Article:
nytheatre.com review by Ed Malin
December 23, 2010
Dollface is a new 1950s musical conceived and written by B.J. Sebring, with lyrics by David Forman, music by David Forman and Robert Hyman, and additional material by Bette Midler, Rick Chertoff, Lou Bellofatto, and Eric Bazilian. The writers all have a distinguished record in the music industry. Forman has worked and recorded with the best, including Robert Hyman, who wrote the song “Time After Time” for Cyndi Lauper.
It is 1956 in Kew Gardens, Queens. Dolores “Dollface” Zuckerman dreams of being a TV comedienne. In the meantime, she struggles with jobs such as telling jokes to patients in the hospital (one of them dies of shock) and is unsure of whether her lover Hank will propose to her. That would involve getting her mother’s wedding ring out of hock from the local jewelers, and besides Hank’s mother is not prepared for her son to marry a Jew who wants to be in show business. Victor Catalan, a muscular cigarette magician “from the continent of Cuba” is a potential rival to Hank.
A secret plan of several criminals and a crooked cop to rob the local jewelry store fails, and Victor hides with the loot in Dollface’s apartment. When Hank discovers Victor there, it almost pushes him away from her. However, love triumphs at midnight. Hank, who is the local air raid warden, sounds his siren after hours and this brings the criminals and some undercover Feds who have been patrolling the neighborhood in plaid suits and singing doo-wop songs throughout the show into contact in a most unusual way. Dollface gets the ring and, with Hank’s non-chauvinist support, is that much closer to being the next Lucille Ball.
The lyrics have many '50s dance song touches. My favorite is “Hey Kazotski...lookit how I do the Foxy Trotski.” A bit more racy for the '50s is the discovery of a diamond in a snowdrift by a lady who had to go pee in the alley: “Lady U-Rine luck tonight.”
The Club Rub A Dub has a musical act with exotic turbans and fezes, over-the-top cigarette magic, and a conga line. The Moist Towelette Singers advertise the healthy side-effects of Lucky Duck Cigarettes. I also enjoyed a reference to a 1956 movie from the neighbor Mrs. Silberfarb: “That Charlton Heston, ooh what a hunk of man under that housedress.”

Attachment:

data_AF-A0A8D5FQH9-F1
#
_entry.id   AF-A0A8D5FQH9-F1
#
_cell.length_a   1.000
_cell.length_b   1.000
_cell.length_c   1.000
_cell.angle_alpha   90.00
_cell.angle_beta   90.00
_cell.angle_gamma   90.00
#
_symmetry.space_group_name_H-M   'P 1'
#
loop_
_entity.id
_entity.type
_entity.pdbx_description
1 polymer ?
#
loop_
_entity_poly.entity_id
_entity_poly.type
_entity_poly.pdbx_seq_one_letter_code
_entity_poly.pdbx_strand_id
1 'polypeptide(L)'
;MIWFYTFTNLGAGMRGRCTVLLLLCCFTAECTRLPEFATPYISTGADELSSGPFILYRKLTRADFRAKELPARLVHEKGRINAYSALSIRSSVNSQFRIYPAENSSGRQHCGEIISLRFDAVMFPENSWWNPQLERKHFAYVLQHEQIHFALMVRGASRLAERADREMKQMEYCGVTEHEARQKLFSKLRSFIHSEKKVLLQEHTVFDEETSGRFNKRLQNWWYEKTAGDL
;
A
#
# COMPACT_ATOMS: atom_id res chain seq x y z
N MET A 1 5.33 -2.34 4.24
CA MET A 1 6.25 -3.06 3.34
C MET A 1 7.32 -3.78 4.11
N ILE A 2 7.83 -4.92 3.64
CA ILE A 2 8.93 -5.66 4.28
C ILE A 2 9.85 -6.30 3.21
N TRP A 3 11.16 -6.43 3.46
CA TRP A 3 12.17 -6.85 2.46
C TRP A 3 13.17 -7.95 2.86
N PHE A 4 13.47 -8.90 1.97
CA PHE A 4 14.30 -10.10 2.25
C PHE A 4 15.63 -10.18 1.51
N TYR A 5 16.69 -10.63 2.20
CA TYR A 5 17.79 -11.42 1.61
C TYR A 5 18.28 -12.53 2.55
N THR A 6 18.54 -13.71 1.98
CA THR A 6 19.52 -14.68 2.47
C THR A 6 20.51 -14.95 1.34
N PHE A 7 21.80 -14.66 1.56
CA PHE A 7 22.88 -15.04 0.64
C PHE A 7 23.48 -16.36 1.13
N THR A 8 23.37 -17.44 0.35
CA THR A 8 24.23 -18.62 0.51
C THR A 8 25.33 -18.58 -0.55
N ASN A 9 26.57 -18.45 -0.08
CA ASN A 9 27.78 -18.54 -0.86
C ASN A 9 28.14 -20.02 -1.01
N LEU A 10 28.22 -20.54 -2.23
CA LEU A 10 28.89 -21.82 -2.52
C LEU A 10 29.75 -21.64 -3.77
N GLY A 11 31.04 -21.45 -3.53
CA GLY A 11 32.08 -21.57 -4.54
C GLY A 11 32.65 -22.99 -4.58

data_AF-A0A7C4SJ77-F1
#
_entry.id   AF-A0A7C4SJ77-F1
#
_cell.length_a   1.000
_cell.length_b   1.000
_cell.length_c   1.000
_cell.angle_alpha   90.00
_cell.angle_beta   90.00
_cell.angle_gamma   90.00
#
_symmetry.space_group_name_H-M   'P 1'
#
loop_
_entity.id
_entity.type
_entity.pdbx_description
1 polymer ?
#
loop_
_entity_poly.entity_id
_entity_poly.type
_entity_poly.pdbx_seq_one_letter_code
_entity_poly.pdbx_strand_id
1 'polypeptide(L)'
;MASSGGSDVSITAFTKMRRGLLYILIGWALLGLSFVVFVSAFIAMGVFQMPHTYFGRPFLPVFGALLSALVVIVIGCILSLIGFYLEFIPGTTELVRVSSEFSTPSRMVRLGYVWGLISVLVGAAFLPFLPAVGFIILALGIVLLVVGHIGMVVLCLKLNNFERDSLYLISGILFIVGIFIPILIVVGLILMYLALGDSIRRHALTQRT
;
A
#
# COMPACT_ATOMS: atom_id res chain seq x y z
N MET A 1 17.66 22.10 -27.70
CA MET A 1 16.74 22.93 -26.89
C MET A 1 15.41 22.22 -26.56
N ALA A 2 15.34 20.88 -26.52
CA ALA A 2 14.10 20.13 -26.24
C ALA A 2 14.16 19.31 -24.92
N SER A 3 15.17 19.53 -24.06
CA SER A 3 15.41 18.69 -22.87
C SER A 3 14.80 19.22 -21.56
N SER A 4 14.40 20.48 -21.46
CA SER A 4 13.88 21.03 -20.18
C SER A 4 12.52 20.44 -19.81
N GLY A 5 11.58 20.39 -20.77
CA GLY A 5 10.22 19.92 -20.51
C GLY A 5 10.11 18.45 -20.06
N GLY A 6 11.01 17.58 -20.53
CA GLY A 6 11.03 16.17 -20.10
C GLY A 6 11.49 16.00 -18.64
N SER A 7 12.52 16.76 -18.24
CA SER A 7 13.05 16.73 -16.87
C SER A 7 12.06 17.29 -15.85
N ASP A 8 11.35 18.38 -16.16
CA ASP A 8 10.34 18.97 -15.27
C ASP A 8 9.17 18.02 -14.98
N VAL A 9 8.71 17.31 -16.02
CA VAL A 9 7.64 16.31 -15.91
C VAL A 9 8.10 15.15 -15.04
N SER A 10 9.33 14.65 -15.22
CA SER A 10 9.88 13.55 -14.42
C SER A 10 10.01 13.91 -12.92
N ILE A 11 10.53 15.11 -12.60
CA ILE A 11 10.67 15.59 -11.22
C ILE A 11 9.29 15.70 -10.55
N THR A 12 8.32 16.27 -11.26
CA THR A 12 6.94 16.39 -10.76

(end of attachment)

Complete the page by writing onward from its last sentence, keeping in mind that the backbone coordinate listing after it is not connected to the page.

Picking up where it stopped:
Linda Shell is very spirited as Dollface, who seems to have her hands full juggling Hank and his mother and telling men to buzz off, yet turns the aggravation into laughter.
David Forman (who is married to B.J. Sebring) plays the lead villain, the toupee-wearing Mr. Pearlstein, with utmost unction. David Tass Rodriguez as Victor Catalan has a larger-than-life voice and persona which much complement the show. I enjoyed the struggle of Collin Carr as Hank Childs against his mother, played by Polly McKie. Other standouts in the large cast are Karen Gale as the zaftig head nurse and Kathryn Kates as Mrs. Silberfarb.
The band takes us through many riffs on '50s music: rumba, mambo, rock, and R&B. Mark Marcante’s set works well in the spacious theatre; Dollface’s apartment, the jewelry store, and Club Rub a Dub are walking distance from each other, do not require any scene changes, and facilitate chases and intrigue. Natalie Lunn’s costumes bring back the optimism of the '50s as well as the zany entertainment. Alex Bartenieff’s lighting shows us the difference between good and evil and much Chanukah warmth.